RESPONSE OF GRAVITY WATER WAVES TO WIND EXCITATION.
STANFORD UNIV CALIF DEPT OF CIVIL ENGINEERING
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The primary purpose of this work was to study the response of gravity water waves to wind excitation, and in particular the applicability of the Miles inviscid shear-flow theory of gravity wave growth, by conducting experiments in a laboratory wind-wave channel under conditions approximating the assumptions of the mathematical model. The secondary objective was to document features of the coupled wave-responsewind-excitation system for comparison with the assumptions of Miles theory. Mechanically generated wave profiles were measured with capacitance wire sensors and wave energy was calculated at seven stations spaced at 10-ft intervals along the channel test section. Waves varied in length from about 2.5 to 6.5 ft and maximum wind speeds ranged from 12 to 44 fps. Two sources of evidence indicate that without some modification the Miles inviscid theory may be inapplicable to gravity wave growth on a sufficiently rough water surface. First, the measured growth rates were significantly larger than theory predicts. Second, the superposed ripple standard deviations were larger than the respective critical layer thicknesses. Measured energy growth is not inconsistent with the energy transfer expected from flow separation. Author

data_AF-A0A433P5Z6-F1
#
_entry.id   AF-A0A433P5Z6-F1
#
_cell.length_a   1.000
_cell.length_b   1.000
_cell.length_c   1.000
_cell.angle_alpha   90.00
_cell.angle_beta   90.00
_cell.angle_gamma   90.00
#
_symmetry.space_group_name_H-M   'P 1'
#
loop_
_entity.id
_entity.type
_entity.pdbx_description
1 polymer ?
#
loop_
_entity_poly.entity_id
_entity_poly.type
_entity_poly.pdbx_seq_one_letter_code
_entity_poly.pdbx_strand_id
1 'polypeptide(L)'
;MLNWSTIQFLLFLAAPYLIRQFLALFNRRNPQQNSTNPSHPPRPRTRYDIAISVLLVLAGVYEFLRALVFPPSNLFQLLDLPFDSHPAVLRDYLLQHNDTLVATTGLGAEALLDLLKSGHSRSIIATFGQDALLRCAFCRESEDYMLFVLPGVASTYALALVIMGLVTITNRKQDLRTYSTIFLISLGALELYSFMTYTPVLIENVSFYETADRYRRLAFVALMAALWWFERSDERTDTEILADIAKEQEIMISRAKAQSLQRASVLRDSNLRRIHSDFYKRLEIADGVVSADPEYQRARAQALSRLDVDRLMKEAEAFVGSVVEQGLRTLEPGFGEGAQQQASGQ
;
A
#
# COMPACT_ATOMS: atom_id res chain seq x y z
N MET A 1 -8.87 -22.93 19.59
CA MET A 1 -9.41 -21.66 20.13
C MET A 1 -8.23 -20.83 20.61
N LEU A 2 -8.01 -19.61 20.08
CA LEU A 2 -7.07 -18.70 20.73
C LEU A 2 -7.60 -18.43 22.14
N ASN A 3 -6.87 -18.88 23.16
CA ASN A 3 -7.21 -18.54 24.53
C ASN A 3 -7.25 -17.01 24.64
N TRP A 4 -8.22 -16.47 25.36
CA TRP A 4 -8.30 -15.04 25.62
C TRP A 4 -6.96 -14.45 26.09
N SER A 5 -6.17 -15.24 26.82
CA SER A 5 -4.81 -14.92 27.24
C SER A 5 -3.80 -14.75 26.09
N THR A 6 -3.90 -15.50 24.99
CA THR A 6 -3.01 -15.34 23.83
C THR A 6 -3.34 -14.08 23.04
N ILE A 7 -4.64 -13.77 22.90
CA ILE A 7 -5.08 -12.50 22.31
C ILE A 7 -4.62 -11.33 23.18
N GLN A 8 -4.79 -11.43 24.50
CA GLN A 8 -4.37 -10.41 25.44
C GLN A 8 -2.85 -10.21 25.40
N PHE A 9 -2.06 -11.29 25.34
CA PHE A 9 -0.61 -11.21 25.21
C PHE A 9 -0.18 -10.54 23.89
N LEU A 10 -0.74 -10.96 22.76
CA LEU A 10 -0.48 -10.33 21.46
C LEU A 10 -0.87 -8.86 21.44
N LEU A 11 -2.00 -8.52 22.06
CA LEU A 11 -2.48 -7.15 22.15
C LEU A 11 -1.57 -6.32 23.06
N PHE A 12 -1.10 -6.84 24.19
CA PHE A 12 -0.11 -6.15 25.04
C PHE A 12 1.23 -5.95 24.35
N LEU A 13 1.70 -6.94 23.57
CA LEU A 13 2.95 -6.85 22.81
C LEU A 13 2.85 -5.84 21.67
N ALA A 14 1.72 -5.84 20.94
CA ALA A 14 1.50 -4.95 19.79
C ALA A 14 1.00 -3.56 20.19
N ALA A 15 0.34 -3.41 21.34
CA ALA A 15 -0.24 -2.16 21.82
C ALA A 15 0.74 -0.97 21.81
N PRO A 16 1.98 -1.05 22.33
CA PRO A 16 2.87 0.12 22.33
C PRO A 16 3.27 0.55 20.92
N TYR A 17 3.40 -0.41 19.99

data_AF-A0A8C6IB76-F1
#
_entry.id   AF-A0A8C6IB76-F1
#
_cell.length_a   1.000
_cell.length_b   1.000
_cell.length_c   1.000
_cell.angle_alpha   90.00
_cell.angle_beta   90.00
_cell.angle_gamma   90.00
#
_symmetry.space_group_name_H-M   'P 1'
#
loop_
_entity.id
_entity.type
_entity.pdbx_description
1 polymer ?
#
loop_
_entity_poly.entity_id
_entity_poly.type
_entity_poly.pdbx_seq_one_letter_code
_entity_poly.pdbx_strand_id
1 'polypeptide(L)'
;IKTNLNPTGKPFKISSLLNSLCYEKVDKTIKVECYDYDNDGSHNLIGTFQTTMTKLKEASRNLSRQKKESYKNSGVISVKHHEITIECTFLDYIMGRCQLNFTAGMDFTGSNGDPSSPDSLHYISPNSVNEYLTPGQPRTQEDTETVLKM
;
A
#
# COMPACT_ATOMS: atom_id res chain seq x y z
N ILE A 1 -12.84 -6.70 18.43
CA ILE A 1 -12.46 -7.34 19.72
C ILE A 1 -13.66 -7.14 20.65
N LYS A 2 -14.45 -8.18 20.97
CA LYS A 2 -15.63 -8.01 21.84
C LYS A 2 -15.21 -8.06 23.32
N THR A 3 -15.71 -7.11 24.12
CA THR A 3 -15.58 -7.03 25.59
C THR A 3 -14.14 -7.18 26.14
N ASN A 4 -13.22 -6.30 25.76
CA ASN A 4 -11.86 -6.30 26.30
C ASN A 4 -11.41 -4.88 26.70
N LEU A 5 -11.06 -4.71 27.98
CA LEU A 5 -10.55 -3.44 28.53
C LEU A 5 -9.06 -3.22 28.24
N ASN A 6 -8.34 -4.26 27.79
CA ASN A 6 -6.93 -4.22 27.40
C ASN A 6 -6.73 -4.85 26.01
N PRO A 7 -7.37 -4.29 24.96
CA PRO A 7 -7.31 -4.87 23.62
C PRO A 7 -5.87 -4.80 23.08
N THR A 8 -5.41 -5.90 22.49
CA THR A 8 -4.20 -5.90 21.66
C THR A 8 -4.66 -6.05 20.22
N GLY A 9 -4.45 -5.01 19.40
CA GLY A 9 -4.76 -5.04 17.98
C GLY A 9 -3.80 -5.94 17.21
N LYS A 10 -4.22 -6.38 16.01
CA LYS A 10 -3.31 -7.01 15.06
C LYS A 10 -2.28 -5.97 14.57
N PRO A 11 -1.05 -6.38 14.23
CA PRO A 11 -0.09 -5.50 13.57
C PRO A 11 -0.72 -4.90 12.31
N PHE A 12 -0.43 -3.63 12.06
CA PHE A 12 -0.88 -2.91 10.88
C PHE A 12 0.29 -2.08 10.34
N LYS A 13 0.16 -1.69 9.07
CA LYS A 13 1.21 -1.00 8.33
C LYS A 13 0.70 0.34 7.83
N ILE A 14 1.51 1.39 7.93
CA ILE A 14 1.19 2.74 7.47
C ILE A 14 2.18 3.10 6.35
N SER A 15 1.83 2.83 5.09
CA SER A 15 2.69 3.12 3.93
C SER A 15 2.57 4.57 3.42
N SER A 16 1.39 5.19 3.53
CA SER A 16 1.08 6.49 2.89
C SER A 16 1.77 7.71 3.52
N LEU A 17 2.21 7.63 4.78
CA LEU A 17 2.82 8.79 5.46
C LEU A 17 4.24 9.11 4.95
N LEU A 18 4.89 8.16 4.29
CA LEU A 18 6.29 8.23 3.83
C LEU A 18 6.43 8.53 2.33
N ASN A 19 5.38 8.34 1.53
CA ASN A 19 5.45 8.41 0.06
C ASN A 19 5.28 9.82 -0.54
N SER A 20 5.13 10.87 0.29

- Physical and Dynamic Oceanography
- Fluid Mechanics